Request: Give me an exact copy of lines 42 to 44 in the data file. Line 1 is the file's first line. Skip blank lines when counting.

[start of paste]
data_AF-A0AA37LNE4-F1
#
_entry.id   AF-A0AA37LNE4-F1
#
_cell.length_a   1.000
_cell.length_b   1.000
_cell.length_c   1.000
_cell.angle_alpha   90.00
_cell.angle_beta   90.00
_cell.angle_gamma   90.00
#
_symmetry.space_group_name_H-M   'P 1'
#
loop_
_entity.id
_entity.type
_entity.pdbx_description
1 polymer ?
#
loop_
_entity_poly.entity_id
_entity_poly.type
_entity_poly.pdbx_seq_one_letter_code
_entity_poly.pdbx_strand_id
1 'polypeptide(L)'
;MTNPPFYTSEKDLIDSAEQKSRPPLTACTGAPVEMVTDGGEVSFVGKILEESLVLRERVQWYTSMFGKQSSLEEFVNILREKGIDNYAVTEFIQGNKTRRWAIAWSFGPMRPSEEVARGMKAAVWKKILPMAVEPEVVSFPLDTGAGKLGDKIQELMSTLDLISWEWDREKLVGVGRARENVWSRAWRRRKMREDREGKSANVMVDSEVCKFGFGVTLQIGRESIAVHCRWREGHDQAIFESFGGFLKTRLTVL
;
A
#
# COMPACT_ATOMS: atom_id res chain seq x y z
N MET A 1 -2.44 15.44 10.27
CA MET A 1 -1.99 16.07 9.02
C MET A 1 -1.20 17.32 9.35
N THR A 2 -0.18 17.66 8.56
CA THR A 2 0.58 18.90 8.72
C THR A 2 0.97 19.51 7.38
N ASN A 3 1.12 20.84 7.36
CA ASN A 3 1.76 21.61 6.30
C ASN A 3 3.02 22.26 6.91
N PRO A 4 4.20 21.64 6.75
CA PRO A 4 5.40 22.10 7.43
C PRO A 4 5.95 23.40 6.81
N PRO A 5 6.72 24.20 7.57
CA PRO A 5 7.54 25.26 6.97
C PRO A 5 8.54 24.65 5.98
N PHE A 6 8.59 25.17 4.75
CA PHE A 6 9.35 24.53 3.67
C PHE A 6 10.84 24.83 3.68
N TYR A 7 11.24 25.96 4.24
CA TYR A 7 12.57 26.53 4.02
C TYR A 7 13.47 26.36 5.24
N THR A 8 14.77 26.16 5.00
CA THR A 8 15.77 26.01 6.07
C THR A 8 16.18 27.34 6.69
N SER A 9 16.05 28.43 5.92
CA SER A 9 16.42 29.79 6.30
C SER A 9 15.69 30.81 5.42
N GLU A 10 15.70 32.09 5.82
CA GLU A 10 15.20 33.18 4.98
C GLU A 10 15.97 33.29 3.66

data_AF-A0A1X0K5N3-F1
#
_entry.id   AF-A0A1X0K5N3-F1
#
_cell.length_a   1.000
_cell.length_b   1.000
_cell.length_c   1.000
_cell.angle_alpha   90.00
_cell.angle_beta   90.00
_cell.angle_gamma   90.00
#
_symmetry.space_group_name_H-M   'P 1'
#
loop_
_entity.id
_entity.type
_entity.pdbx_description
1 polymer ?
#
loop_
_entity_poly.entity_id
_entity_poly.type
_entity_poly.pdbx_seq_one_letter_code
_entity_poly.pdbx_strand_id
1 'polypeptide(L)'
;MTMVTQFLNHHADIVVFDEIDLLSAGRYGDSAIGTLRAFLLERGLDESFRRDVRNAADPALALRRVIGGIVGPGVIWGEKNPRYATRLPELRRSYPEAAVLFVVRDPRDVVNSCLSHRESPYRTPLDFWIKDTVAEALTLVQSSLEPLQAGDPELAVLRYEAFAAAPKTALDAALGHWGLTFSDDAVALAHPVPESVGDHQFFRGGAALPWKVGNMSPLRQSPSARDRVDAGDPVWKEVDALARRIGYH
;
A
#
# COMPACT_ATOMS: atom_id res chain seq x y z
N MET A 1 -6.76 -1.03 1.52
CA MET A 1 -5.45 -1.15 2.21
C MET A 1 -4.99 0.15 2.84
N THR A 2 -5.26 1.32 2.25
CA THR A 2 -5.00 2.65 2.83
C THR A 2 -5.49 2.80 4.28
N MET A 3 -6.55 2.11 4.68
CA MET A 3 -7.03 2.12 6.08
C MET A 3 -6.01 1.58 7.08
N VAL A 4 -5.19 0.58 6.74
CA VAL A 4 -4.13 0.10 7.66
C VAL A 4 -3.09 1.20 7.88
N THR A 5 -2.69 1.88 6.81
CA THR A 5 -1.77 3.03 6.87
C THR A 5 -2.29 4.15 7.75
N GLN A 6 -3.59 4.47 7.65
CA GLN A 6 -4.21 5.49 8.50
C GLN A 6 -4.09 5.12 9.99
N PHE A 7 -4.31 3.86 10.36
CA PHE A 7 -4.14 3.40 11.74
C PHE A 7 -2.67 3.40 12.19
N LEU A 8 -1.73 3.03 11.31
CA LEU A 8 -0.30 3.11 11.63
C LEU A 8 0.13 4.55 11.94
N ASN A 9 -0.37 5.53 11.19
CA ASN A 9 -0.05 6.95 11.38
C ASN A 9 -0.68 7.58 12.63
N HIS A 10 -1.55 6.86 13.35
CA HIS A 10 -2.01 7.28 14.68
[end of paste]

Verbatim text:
C PRO A 4 5.95 23.40 6.81
N PRO A 5 6.72 24.20 7.57
CA PRO A 5 7.54 25.26 6.97